Jacek Dehnel (b. 1980) is even more of an iconoclast, but less well known in the US. He usually expresses himself in the traditional Polish thirteen-syllable line and in fixed forms such as the sonnet, and the villanelle and terza rima, which are also not widely used in Poland. While he upholds the lineage he inherited from poets like Milosz and sometimes refers to the same atrocities they referenced (such as his elegies for Bruno Schulz), his subject matter has a distinctly modern and often autobiographical cast, including love poems to his longtime partner Piotr TarczyÅ„ski. Dehnel has published six books of poetry, an acclaimed novel, Saturn, translated by Antonia Lloyd-Jones, and has won several prestigious prizes. He is deeply conversant with English language poetry, having written his MA thesis on Larkin. He has translated Auden, Mandelstam, and Carl Sandburg and is currently translating Proust.
I will focus on Dehnel’s masterful poem, “Pheasant,” translated by the American poet, Karen Kovacik, recent Poet Laureate of Indiana and editor of a forthcoming anthology of Polish women poets, Scattering the Dark. As a translation fellow at the Polish Institute for the Book in 2014, Kovacik consulted with Dehnel on her compilation of his shorter poems, titled Aperture. I met both of them in Krakow that year. While reading Aperture, I was especially moved by “Pheasant,” which blends Polish classicism with an almost uncanny aura of contemporary American naturalism.
“Pheasant” is written in rhymed quatrains of the traditional Polish thirteen syllable line. Kovacik has preserved the music of the original by slightly modifying Dehnel’s line–most are twelve syllables with five strong stresses–a cadence just long enough to accommodate the Polish poet’s turns of syntax, rhetoric, and image, without padding. By employing both regular and slant rhymes in English, Kovacik retains Dehnel’s reliance on sonic variation, making good use of internal repetitions and echoes, in order to render his poem into natural, colloquial English.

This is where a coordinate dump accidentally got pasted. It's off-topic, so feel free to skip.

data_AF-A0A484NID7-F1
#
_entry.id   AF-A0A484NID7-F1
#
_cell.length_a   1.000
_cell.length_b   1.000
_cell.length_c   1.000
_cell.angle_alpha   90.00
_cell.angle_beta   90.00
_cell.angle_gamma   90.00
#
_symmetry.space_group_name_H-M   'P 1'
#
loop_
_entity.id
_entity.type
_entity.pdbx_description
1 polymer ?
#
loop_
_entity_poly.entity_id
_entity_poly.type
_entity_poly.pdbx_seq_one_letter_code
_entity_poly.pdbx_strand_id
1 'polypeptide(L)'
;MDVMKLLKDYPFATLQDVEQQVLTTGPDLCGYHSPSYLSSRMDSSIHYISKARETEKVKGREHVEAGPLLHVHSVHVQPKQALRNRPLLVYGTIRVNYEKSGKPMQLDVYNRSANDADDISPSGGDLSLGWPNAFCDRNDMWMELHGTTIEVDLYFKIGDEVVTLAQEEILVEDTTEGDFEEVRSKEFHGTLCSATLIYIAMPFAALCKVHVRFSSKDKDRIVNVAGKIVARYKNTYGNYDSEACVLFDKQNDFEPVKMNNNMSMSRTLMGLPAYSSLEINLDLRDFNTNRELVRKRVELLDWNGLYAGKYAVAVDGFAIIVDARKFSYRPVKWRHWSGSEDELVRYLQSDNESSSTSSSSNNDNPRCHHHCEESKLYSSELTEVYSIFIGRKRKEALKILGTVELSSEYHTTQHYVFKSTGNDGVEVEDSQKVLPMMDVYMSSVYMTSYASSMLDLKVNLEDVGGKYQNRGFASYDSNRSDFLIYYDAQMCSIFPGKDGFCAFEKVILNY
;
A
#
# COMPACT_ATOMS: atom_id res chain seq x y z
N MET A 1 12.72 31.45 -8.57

From afar, one makes out shapes: the Blue City dome,
buildings, windows, antennas. But from this angle,
the inbound train powers through fields overgrown
with sorrel, couch grass, and shrub toward the tangle
of the Western Station. Tracks fan out like the rose
window of some industrial cathedral. In close
we see the concrete platform from which a girl leapt
to her death one December. That day, in thick coats,
we had to pull our luggage over frozen weeds
and rutted paths. Now, rushing over this same spot,
in the reddish brush I notice a glassy bead,
then black crest, beak, and splash of rust. In the thicket
sits a pheasant: placid as the one in the food chain
illustration from our biology textbooks
(he was feasting on a beetle, while a red fox
aimed to eat him). I watch and watch him alone.
And he’s looking at the train or, in the distance,
the world as backdrop–and I’m not even a blip
on the radar of his bird brain. And that makes sense.
For he’ll be sitting, rain or shine, in furrows, on heaps
forever and ever, through many pheasant lives.
While I will disappear. To know me will prove
futile, all mastery useless. That’s why I write: he came
to the railway, his name: pheasant. Me, I have no name.
Train, Warsaw to Lublin, 6 October 2006
Dehnel’s metaphysical reflection, wit, irony, and precise observation of an object (here a pheasant in the midst of manmade objects) renders the question “Who am I?” through an unexpected lens. The photographic view captures fragments of the Blue City as a backdrop to the train powering through overgrown fields to the Western Station. In closer, the platform yields to memory its brief acknowledgment of a suicide. The passengers had to pull their luggage across “frozen weeds and rutted paths,” a detail reminiscent of the mundane horror that Szymborska evokes in her brilliant poem “The End and the Beginning.” Characteristically restrained, Dehnel leaves the suicide unexamined.